Yesterday, the Diocese of San Diego issued a press release, calling an “all hands on deck” meeting about child sexual abuse.
At the meeting, which is scheduled for Tuesday, August 13,
“All diocesan employees will hear about the steps the diocese is taking to protect children and young people, and on the moral and legal responsibilities shared by all of the diocese’s employees, not just mandated reporters, to report suspicions of child abuse,” said the news release.
Among the “education” employees will receive at the meeting and subsequent presentations:
One [presentation] will explore the church’s response to the sexual abuse crisis. Another will review the obligations of staff members who are mandated by law to report suspected abuse. And a third will underscore every employee’s mission to raise awareness of potential sex abuse and to act to prevent it even if they are not mandated reporters.
Of course, the whole clergy sex abuse cover-up thing happens in the bishop’s office. But I digress.
Out of all of the public relations spin in the article, it was this little nugget that caught my eye:
No priest of the San Diego diocese has been found to have sexually abused a minor since 2004, as determined by the Independent Review Board, said the report.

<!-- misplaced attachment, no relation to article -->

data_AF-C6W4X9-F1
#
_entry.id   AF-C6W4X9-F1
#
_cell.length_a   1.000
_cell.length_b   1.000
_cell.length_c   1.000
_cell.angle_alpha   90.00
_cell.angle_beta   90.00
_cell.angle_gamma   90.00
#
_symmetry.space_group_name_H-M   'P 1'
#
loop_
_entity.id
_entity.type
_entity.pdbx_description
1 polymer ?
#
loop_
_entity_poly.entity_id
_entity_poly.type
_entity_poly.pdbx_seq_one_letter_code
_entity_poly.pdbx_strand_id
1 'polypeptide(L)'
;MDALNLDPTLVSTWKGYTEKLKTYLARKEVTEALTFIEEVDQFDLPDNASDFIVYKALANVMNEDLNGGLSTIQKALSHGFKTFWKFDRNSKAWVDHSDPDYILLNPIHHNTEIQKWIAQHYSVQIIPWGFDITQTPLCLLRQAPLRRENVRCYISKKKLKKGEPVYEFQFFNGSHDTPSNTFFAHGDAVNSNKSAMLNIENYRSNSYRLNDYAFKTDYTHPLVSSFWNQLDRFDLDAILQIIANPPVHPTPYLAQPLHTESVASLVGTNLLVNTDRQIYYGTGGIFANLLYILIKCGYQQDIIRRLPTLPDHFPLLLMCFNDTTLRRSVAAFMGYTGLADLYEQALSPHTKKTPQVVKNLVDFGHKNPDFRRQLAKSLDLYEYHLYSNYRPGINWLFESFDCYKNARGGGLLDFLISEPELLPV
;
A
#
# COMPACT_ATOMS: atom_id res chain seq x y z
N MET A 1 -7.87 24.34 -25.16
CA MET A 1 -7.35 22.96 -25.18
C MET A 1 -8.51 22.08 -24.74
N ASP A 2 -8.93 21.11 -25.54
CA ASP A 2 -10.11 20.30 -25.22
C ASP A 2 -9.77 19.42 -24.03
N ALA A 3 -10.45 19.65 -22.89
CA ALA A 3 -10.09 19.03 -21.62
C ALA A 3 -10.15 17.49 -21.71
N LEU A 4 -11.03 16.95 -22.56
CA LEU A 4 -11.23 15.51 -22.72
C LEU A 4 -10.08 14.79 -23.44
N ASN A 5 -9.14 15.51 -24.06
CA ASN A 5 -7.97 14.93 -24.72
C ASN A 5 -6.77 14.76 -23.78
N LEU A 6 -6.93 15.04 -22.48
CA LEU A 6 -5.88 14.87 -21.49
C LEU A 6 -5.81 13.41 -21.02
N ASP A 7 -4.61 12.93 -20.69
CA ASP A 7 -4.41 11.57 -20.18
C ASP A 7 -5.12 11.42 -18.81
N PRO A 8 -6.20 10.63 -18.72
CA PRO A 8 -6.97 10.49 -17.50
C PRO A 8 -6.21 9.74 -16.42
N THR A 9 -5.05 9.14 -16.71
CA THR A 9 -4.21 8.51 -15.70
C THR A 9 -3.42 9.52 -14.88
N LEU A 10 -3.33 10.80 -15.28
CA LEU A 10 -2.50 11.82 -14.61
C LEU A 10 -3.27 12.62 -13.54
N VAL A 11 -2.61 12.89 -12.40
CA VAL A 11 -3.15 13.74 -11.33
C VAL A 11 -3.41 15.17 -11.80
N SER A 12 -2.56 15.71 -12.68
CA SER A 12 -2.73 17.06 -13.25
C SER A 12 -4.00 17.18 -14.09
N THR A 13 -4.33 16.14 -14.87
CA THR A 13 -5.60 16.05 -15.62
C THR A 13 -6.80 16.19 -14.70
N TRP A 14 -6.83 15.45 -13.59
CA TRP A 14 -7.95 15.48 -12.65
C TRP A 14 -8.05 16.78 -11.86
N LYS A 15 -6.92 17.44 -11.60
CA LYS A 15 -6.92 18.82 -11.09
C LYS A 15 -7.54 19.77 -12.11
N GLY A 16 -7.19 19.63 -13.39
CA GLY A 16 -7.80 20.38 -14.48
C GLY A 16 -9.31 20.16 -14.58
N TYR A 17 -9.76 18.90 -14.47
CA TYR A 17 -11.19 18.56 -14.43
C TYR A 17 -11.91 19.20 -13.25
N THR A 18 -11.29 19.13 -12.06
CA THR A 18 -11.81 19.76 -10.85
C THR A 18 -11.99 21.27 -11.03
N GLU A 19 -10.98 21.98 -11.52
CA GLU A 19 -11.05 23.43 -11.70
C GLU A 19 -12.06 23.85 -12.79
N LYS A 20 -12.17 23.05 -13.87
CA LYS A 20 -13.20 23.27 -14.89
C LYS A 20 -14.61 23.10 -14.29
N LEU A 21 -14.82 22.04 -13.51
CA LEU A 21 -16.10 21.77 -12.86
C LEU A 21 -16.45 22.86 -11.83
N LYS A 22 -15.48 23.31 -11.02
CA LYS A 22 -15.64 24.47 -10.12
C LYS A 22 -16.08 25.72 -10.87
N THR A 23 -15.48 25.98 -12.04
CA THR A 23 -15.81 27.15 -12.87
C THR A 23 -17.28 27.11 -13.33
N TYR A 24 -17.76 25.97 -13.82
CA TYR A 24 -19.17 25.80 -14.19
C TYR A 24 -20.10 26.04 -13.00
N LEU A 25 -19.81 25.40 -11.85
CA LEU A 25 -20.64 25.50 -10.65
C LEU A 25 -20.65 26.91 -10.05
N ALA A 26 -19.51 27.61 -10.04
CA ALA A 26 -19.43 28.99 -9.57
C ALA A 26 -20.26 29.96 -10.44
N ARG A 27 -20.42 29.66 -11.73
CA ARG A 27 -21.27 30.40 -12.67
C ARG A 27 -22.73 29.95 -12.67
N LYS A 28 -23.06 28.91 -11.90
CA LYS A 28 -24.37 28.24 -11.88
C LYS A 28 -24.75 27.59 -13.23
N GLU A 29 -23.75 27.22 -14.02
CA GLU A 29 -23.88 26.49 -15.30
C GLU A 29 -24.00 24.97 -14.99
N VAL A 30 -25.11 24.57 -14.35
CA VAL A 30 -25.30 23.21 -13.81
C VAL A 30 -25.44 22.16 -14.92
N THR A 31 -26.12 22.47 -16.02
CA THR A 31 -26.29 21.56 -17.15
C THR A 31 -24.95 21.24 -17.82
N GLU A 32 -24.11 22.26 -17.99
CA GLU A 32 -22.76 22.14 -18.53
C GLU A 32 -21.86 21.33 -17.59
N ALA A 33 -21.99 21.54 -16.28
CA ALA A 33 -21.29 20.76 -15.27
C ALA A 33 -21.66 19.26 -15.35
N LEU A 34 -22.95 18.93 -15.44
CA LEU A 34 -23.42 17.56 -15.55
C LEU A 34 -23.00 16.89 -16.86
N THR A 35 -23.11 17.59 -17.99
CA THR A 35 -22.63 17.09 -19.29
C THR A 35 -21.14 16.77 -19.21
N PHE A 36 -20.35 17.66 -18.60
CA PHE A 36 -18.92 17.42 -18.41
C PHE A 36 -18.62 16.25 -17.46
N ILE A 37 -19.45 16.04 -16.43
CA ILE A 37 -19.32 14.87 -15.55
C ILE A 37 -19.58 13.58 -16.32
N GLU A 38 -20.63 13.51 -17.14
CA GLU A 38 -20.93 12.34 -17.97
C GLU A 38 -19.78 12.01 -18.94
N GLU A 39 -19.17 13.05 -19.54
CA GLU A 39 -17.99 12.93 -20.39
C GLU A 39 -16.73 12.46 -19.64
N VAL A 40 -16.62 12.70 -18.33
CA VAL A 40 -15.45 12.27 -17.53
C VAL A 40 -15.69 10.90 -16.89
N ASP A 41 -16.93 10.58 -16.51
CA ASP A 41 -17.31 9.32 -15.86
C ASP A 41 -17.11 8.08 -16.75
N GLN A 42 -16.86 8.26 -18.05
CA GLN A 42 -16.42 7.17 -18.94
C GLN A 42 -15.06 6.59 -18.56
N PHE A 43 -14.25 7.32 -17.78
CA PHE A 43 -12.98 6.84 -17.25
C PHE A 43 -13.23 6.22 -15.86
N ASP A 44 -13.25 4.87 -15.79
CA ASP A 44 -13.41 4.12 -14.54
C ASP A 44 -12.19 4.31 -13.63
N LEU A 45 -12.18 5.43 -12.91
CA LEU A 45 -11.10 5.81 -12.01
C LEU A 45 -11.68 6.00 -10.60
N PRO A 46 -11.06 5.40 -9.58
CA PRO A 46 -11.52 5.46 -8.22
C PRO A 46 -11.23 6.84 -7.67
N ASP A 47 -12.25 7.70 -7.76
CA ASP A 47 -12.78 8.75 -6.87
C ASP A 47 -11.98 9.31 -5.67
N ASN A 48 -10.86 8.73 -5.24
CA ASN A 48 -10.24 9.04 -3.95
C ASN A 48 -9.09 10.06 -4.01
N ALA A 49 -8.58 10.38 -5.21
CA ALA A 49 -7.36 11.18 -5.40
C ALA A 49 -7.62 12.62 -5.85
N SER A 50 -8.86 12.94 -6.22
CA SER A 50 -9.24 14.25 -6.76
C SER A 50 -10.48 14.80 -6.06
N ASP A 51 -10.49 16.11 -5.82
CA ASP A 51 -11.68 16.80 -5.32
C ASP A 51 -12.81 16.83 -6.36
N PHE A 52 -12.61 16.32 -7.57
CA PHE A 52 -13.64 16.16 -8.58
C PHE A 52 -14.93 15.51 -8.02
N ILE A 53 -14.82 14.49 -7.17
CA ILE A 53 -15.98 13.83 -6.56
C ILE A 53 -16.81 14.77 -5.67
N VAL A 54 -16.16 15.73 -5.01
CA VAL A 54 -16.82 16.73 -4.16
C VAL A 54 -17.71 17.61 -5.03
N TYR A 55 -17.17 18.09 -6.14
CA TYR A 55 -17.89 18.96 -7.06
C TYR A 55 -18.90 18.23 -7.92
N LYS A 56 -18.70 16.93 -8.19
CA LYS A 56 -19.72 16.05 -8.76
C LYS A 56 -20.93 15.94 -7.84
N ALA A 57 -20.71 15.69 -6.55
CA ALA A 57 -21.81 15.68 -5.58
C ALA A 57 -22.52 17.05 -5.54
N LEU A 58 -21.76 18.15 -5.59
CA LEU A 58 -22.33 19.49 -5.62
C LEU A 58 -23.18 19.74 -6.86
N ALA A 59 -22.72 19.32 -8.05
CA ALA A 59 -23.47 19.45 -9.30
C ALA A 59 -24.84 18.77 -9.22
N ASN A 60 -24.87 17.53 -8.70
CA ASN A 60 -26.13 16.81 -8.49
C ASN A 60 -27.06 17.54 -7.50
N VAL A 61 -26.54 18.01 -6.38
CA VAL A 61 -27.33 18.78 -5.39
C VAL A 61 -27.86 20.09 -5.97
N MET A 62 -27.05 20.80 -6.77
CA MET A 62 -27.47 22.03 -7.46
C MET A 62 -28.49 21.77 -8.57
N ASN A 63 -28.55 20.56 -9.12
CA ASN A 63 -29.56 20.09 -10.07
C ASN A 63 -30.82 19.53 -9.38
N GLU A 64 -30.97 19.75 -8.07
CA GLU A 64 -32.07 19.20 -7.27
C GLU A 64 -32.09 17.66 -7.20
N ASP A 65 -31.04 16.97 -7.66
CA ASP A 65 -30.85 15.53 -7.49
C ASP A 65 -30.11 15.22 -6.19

A priest who sexually assaulted a 19-year-old and pled guilty was allowed back into a parish. You can read the graphic nature of the assault here.
But San Diego thought it was no big deal. They put him back into his former parish, and only removed him when advocacy groups got upset. Then, they hid him in Oklahoma City and told church officials there that the assault was “just a big misunderstanding” and that there were a bunch of people in the room when it happened. Lies.
Gee, if they were willing to lie about this, what else are they lying about? How about a bankruptcy? When the Diocese declared bankruptcy in 2007, according to the LA Times:
Judge Louise De Carl Adler ordered the diocese to explain at a hearing next month why she should not throw out the bankruptcy filing. The diocese, she said, has been “lax, ineffective or indifferent” in its oversight of parishes.
“Some parishes are actively and deliberately hiding assets from the diocese or inappropriately designating donations as restricted to circumvent or evade the direction of the diocese and/or the court,” the judge wrote, citing the findings of a court-appointed financial expert who reviewed the diocese’s financial records.
In other words, believe nothing San Diego Bishop McElroy says. Remember, it’s not an employee or volunteer sex abuse crisis. It’s a clergy sex abuse and cover-up crisis. And the problem has its genesis in McElroy’s office.